On 1 January 1989, the JANAM troupe began a performance of the street play Halla Bol (Attack!), during the Ghaziabad municipal elections in Sahibabad's Jhandapur village (near Delhi). During the performance, the troupe was attacked by political hoodlums of the Indian National Congress.[11] Hashmi was fatally injured and died the following day. On 4 January 1989, two days after his death, his wife Moloyshree Hashmi went to the same spot again with the JANAM troupe, and defiantly completed the play.[12]

Fourteen years after the incident, a Ghaziabad court convicted ten people, including Congress Party member Mukesh Sharma, for the murder.[13][14]

Legacy[edit]

Safdar Hashmi on a Sahmat's Banner. 1 January 2011, New Delhi.
Classical Singer Vidya Shah is Performing for Sahmat. 1 January 2011, New-Delhi.

Hashmi has become a symbol of cultural resistance against authoritarianism for the Indian left. JANAM continues its theatre work, and on 12 April 2012, Hashmi's birthday, the group inaugurated Studio Safdar, a performance and workshop space located in Shadi Khampur, near Patel Nagar in West Delhi. The space is next door to a left-wing cafe and bookstore, May Day.[15] The writer Bhisham Sahni, along with many other artists, founded the Safdar Hashmi Memorial Trust (SAHMAT) in February 1989,[16] as an open platform for politically and socially conscious artists. Hashmi's writings were later collected in The Right to Perform: Selected Writings of Safdar Hashmi (New Delhi, 1989).

Each year on 1 January, the Safdar Hashmi Memorial Day is observed as a "Day of Resolve" by SAHMAT, and a daylong cultural congregation, "Jashn-e-Daura", is organised in New Delhi.[17] The day is also commemorated by JANAM, which organises street plays at Jhandapur village, in Sahibabad, where he was killed.[18][19][20] In 1998, Safdar Hashmi Natyasangham was formed in Kozhikode, Kerala, which provides free training to economically backward students.[21]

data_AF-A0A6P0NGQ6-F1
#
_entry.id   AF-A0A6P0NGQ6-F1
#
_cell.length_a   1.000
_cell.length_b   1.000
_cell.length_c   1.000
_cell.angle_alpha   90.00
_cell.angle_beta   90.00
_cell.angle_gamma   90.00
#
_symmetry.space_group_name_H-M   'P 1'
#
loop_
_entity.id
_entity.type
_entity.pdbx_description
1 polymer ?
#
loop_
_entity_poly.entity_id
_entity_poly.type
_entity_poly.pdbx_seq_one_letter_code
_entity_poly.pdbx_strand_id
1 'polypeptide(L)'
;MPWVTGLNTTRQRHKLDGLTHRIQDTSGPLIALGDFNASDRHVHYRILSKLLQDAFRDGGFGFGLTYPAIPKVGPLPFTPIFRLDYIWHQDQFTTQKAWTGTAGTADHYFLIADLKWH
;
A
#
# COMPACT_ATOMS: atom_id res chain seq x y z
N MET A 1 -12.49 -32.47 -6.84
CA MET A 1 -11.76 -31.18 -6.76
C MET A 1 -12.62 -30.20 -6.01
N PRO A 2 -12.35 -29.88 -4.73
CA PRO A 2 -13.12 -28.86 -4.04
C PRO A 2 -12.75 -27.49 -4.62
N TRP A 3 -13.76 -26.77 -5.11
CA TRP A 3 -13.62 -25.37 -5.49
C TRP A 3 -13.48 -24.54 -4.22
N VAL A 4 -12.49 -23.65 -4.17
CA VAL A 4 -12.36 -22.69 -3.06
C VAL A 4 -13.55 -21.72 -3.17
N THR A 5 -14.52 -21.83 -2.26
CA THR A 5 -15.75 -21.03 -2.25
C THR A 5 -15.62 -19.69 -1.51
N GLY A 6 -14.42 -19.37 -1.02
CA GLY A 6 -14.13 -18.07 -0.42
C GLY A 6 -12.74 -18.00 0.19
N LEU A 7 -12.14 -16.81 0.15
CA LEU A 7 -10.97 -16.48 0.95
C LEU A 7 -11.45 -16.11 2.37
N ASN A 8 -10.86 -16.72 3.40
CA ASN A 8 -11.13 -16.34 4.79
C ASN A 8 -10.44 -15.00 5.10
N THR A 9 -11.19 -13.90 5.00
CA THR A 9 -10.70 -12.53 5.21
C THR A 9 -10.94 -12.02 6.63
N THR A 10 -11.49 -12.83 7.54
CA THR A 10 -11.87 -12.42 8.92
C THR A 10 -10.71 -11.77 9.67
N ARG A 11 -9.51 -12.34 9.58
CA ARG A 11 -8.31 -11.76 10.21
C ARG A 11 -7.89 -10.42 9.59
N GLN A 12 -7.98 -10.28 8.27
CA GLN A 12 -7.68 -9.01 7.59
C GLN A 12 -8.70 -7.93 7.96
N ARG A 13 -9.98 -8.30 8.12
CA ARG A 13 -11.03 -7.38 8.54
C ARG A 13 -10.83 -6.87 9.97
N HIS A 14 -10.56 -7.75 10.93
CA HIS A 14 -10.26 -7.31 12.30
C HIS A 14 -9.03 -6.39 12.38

The 2008 film Halla Bol, made by Rajkumar Santoshi, was inspired by his life. It also depicts a scene where a street theatre activist is beaten by men hired by a political party, an incident which turns into a catalyst for a public uprising.[22]

In 1989, the painter M.F. Husain had a painting "Tribute to Hashmi" sold at auction for over $1 million, the first time a painting by an Indian artist reached this valuation.[citation needed]

The Institute for Research and Documentation in Social Sciences (IRDS), a non-governmental organisation from Lucknow, has been awarding the Safdar Hashmi Award for Human Rights in reverence to his contributions to the cause of human rights.[23]

References[edit]

Further reading[edit]

  • The Right to Perform: Selected Writings of Safdar Hashmi, Delhi, SAHMAT, 1989.
  • Paanchwa Chiraag, Qamar Azad Hashmi, (Hindi). 1995.
  • Qamar Azad Hashmi, The Fifth Flame: The Story of Safdar Hashmi. (Translation) Penguin Books, 1997. ISBN 0-670-87596-1.
  • Official website of Jana Natya Manch.
  • Theatre of the Streets: The Jana Natya Manch Experience, edited by Sudhanva Deshpande, Delhi: Janam, 2007.
  • Sudhanva Deshpande, "Voice of the Streets", Frontline, 25: 9, 26 April – 9 May 2008. http://www.hinduonnet.com/fline/fl2509/stories/20080509250909300.htm
  • Vijay Prashad, Safdar Hashmi Amar Rahe. http://www.pragoti.org/hi/node/2907
  • Eugene van Erven, Plays, Applause and Bullets: Safdar Hashmi's Street Theatre. http://www.pragoti.org/hi/node/2911
  • Vellikkeel Raghavan, Cross-Continental Subversive Strategies: Thematic and Methodological Affinities in the Plays of Dario Fo and Safdar Hashmi. Ph.D. Thesis. University of Calicut. 2007.
  • Vellikkeel Raghavan. Halla Bol. Translation of Safdar Hashmi's Hindi play Halla Bol (1989) into English. Indian Literature. Sahitya Academy, New Delhi, India. Vol. LV No. I, Issue No. 263 May/June 2011, pp. 115–137.
  • Vellikkeel Raghavan. Machine. Translation of Safdar Hashmi's Hindi play Macheen (1978) into English. Indian Literature. Sahitya Academy, New Delhi, India. Vol. LV No. I, Issue No. 261 Jan/Feb 2011, pp. 165–173.
  • Vellikkeel Raghavan. "Safdar Hashmi's Machine:A Metaphor of Post-Independence Indian Industriabist Apparatus." Indian Literature. Sahitya Academy, New Delhi, India. Vol. LVI, Iuuse No. 271 Sept/Oct 2012, pp. 219–232.

External links[edit]